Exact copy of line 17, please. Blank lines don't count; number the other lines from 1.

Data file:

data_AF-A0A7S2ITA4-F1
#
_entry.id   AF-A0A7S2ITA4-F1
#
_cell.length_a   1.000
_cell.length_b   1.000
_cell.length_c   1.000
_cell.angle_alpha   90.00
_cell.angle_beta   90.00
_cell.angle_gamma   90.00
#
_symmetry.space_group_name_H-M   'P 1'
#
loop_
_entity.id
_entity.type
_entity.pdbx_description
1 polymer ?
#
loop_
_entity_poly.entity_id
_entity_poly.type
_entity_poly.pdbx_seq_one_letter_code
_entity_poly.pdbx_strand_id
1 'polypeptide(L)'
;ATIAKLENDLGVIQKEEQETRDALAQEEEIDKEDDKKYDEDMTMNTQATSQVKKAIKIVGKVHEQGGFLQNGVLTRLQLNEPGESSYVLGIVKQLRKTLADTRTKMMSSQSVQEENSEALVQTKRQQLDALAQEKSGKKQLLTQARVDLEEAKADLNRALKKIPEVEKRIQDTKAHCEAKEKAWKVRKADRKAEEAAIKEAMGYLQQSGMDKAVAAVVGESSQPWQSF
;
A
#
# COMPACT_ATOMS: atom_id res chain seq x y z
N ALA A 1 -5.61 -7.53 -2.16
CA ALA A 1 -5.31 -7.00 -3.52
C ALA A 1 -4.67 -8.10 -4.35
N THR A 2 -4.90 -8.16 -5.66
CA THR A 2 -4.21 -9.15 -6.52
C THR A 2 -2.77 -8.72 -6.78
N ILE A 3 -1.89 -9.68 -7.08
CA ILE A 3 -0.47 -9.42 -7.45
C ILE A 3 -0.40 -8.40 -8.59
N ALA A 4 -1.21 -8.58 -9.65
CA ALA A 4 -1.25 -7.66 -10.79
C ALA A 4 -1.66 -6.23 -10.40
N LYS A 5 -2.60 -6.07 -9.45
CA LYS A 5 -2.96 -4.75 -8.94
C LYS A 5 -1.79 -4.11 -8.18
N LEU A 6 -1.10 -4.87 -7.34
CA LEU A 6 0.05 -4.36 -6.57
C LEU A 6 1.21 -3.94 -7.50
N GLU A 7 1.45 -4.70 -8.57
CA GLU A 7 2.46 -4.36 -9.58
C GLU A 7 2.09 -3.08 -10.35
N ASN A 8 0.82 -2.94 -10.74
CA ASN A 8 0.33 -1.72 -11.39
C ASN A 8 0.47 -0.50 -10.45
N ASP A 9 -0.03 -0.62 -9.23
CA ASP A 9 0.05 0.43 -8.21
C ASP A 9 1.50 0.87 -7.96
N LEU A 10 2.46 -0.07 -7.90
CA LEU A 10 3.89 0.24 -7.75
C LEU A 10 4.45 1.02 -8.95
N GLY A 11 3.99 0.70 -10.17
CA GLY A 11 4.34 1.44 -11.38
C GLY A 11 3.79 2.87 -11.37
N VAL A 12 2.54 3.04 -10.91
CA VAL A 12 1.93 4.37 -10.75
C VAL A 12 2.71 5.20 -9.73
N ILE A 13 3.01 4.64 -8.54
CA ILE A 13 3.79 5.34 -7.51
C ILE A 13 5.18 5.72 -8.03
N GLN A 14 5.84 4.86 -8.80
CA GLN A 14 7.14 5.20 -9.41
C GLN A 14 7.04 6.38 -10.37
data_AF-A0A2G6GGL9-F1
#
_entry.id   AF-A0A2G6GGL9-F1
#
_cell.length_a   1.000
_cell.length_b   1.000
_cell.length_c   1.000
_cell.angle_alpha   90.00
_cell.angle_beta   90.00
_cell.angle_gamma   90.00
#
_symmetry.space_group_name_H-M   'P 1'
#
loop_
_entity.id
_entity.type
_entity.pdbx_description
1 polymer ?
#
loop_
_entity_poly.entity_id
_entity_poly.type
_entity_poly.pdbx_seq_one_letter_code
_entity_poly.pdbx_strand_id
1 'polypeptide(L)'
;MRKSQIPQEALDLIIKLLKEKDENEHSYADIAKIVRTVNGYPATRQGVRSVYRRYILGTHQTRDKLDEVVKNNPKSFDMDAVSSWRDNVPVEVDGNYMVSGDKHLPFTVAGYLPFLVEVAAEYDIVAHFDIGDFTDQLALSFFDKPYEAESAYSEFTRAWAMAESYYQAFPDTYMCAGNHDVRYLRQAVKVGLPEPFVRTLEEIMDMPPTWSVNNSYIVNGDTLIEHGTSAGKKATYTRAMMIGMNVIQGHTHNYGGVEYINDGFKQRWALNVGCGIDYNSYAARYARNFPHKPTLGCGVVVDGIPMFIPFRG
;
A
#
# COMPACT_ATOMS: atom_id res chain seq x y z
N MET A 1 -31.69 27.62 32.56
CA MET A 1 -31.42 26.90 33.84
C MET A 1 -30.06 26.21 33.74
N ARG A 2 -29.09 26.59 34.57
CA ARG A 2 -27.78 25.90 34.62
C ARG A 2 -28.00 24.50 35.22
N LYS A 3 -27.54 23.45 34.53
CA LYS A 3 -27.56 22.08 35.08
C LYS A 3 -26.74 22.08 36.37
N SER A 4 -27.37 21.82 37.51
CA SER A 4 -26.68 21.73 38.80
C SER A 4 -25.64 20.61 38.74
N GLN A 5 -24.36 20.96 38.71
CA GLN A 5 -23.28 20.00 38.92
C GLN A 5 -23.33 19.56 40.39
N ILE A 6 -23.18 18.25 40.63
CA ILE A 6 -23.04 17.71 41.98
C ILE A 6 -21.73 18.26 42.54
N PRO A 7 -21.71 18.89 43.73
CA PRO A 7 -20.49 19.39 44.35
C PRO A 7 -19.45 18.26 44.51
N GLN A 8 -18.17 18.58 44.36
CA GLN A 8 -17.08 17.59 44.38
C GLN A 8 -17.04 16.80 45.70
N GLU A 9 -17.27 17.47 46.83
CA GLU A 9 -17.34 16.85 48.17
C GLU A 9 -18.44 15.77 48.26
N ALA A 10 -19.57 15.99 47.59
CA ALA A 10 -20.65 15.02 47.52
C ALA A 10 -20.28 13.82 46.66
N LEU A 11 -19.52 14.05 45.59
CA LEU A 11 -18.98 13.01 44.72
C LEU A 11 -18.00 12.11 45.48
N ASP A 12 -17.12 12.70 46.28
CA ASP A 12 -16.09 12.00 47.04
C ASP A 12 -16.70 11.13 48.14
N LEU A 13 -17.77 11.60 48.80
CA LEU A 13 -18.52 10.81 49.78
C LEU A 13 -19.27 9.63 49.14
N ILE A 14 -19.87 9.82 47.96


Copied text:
_entity.pdbx_description